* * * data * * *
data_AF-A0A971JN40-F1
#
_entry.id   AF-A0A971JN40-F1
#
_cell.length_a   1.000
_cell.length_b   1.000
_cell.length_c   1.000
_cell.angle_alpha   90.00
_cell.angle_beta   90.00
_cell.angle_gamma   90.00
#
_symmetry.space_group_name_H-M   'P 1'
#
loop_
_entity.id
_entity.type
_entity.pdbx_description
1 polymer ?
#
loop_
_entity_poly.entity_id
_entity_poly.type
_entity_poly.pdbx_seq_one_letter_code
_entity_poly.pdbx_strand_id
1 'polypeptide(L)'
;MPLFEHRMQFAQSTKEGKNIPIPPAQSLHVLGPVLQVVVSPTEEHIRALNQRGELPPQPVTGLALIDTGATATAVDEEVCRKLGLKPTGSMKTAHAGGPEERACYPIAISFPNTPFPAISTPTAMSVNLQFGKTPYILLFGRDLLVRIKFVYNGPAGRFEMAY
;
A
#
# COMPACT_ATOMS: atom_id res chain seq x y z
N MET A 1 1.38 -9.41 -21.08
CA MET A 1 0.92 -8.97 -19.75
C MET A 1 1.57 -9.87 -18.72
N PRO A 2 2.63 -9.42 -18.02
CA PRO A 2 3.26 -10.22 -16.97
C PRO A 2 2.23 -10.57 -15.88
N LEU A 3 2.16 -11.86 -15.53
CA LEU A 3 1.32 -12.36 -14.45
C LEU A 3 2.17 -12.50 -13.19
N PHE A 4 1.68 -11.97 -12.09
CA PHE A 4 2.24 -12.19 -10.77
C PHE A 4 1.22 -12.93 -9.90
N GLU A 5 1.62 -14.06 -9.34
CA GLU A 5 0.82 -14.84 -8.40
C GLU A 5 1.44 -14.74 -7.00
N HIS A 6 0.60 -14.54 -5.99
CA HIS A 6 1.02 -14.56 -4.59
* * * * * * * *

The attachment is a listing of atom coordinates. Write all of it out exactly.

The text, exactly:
data_AF-A0A971JN40-F1
#
_entry.id   AF-A0A971JN40-F1
#
_cell.length_a   1.000
_cell.length_b   1.000
_cell.length_c   1.000
_cell.angle_alpha   90.00
_cell.angle_beta   90.00
_cell.angle_gamma   90.00
#
_symmetry.space_group_name_H-M   'P 1'
#
loop_
_entity.id
_entity.type
_entity.pdbx_description
1 polymer ?
#
loop_
_entity_poly.entity_id
_entity_poly.type
_entity_poly.pdbx_seq_one_letter_code
_entity_poly.pdbx_strand_id
1 'polypeptide(L)'
;MPLFEHRMQFAQSTKEGKNIPIPPAQSLHVLGPVLQVVVSPTEEHIRALNQRGELPPQPVTGLALIDTGATATAVDEEVCRKLGLKPTGSMKTAHAGGPEERACYPIAISFPNTPFPAISTPTAMSVNLQFGKTPYILLFGRDLLVRIKFVYNGPAGRFEMAY
;
A
#
# COMPACT_ATOMS: atom_id res chain seq x y z
N MET A 1 1.38 -9.41 -21.08
CA MET A 1 0.92 -8.97 -19.75
C MET A 1 1.57 -9.87 -18.72
N PRO A 2 2.63 -9.42 -18.02
CA PRO A 2 3.26 -10.22 -16.97
C PRO A 2 2.23 -10.57 -15.88
N LEU A 3 2.16 -11.86 -15.53
CA LEU A 3 1.32 -12.36 -14.45
C LEU A 3 2.17 -12.50 -13.19
N PHE A 4 1.68 -11.97 -12.09
CA PHE A 4 2.24 -12.19 -10.77
C PHE A 4 1.22 -12.93 -9.90
N GLU A 5 1.62 -14.06 -9.34
CA GLU A 5 0.82 -14.84 -8.40
C GLU A 5 1.44 -14.74 -7.00
N HIS A 6 0.60 -14.54 -5.99
CA HIS A 6 1.02 -14.56 -4.59